May Is Anti-Tobacco Campaign Month

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May is Anti-Tobacco Campaign month and the perfect time to nip smoking in the butt!

Smoking is known as a “dirty habit”, and there are many reasons why. Affinity Health aims to light up awareness about the impact of smoking on all aspects of society and life and the many dangers associated with cigarettes.

The dangers of smoking

Did you know that about 44,000 South Africans die from tobacco-related diseases annually?

It’s no secret: We are all aware of the damaging impact smoking has on our health, with research showing that cigarettes will kill half of those who smoke. 

Smoking causes cancer, heart disease, stroke, lung diseases, diabetes, and chronic obstructive pulmonary disease (COPD), including emphysema and chronic bronchitis. It also increases the risk for tuberculosis, certain eye diseases, and problems of the immune system, including rheumatoid arthritis.

Smoking impacts negatively on other areas, too:
  • It costs the South African economy enormously due to increased healthcare costs and decreased productivity.
  • It impacts family budgets – taking money away from essential items.
  • Worldwide, tobacco farming results in global deforestation of two to four percent each year.
  • Cigarette manufacturing produces over 2 million tonnes of solid waste each year.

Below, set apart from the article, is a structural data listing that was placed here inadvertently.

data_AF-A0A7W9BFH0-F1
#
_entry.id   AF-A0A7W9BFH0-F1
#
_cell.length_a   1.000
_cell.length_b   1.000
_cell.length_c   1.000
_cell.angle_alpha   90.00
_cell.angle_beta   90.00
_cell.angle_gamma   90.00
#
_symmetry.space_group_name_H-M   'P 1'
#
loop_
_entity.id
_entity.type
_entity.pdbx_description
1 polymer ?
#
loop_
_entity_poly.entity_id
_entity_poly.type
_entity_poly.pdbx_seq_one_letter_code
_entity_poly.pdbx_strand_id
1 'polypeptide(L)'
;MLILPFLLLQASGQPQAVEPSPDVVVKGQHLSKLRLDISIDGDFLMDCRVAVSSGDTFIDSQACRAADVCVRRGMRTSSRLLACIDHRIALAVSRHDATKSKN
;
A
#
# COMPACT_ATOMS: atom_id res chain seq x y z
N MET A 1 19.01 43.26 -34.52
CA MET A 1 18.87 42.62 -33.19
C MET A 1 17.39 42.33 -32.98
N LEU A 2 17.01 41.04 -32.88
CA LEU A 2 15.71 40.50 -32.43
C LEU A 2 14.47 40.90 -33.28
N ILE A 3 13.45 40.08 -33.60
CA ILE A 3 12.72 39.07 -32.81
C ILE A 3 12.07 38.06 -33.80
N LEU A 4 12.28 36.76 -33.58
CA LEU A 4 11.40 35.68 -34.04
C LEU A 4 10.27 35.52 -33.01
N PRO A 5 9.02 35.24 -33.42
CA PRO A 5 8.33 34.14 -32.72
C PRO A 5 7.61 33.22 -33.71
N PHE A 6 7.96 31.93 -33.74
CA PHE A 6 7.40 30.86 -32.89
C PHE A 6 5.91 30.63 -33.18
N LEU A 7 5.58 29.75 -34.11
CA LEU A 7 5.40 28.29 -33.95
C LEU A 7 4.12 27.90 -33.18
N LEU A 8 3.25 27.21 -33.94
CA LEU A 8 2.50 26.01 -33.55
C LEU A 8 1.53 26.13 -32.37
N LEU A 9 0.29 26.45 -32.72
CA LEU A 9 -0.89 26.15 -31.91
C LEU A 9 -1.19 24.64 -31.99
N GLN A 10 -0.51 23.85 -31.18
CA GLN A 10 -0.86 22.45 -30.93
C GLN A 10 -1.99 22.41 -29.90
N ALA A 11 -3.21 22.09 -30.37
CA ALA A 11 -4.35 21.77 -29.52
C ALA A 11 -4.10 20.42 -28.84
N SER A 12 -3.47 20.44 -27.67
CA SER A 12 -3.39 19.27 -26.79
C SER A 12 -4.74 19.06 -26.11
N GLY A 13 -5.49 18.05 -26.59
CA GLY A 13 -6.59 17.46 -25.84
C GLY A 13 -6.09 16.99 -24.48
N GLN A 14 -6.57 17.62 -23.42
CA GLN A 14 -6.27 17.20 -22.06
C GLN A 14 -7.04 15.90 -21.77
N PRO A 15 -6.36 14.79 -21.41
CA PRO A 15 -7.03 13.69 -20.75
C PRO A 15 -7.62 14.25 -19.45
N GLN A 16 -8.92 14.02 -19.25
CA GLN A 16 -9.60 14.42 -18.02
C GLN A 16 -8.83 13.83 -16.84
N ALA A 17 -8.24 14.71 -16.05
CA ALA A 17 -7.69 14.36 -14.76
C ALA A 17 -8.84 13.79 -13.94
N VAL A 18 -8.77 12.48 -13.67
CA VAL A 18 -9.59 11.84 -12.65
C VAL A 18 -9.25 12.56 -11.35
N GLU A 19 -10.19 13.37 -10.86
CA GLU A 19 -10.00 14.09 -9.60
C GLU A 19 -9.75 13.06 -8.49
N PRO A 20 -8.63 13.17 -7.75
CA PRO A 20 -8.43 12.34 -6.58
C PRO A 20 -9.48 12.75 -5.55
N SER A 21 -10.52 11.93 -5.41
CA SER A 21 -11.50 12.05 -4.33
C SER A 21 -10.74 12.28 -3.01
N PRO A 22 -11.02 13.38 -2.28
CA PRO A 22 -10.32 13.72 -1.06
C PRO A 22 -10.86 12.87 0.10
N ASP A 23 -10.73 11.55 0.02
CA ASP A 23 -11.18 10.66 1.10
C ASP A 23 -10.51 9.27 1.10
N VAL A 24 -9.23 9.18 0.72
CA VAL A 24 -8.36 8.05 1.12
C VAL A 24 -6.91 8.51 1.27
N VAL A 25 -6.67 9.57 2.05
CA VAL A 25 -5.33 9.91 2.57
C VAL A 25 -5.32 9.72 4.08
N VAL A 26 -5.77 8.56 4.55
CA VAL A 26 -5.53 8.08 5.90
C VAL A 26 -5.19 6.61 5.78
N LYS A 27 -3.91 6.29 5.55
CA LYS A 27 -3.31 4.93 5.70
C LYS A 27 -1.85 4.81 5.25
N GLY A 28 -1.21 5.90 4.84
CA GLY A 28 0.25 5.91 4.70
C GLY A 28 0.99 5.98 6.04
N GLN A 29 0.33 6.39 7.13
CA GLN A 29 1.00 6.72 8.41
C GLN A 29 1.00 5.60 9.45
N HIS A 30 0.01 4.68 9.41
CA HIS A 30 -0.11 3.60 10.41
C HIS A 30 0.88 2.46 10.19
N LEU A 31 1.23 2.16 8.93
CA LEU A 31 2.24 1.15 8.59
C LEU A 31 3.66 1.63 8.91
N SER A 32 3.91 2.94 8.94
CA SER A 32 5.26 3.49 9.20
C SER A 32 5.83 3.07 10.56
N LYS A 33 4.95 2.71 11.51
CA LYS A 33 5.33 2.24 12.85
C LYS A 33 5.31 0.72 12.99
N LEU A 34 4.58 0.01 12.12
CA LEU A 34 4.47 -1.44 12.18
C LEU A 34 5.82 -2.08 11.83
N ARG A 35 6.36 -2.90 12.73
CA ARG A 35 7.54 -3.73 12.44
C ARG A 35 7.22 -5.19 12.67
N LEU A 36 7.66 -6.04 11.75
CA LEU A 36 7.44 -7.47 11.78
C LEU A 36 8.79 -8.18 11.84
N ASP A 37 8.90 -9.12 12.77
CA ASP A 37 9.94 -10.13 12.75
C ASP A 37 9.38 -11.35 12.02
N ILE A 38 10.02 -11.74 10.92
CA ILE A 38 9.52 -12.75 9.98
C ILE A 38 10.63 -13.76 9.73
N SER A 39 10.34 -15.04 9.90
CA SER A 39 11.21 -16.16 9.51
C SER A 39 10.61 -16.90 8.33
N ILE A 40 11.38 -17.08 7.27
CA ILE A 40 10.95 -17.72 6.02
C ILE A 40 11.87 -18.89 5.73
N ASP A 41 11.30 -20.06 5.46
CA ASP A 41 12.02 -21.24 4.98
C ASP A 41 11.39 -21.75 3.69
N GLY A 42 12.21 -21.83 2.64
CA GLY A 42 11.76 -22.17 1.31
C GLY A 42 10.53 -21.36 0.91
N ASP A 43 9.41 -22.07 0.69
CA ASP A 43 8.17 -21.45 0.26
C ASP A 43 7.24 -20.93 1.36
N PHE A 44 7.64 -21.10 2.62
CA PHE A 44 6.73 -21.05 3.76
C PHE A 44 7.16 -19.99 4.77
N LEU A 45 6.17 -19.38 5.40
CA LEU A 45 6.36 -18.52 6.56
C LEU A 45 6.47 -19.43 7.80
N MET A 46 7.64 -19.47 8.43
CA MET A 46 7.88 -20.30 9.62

• Smoking causes premature aging, stained teeth, and makes you smell like a used ashtray.
  • Smoking dulls your sense of smell and taste.
  • Smoking affects your life insurance and medical aid premiums. If you’re a smoker, you’re deemed a “high-risk client”, and are therefore charged more.
  • Smoking can affect your fertility.

If you think having just one cigarette a day won’t do any harm, you’re wrong. Researchers say lighting up just once a day is linked to a much higher risk of heart disease and stroke than might be expected.

What’s in a cigarette?

Cigarettes contain almost 600 ingredients and additives that generate more than 7 000 chemicals when they burn. Many of those chemicals are poisonous, and at least 69 of them are linked to cancer.3

Some of these ingredients include acetone (found in nail polish remover), acetic acid (an ingredient in hair dye), ammonia (a common household cleaner), arsenic (used in rat poison), nicotine (used as an insecticide), tar (material for paving roads), toluene (used to manufacture paint), benzene (found in rubber cement), butane (used in lighter fluid), cadmium(the active component in battery acid), carbon monoxide (released in car exhaust fumes), formaldehyde (embalming fluid), hexamine (found in lighter fluid), lead (used in batteries), naphthalene (an ingredient in mothballs), and even methanol (the main component in rocket fuel).

Why quitters are winners

Ask anyone who has successfully stopped smoking, and they’ll tell you that although quitting smoking is difficult, it is so worth it.

“Quitting smoking means breaking the cycle of addiction and essentially rewiring the brain to stop craving nicotine. To be successful, smokers who want to quit need to have a plan to beat cravings and triggers,” says Murray Hewlett, CEO of Affinity Health.

“With so many options available to help you on your journey to good health from non-prescription and prescription medications, you can successfully stop cigarettes and go on to live a longer and happier life. The sooner a smoker quits, the faster they will reduce their risk of cancer, heart and lung disease, and other conditions related to smoking.”

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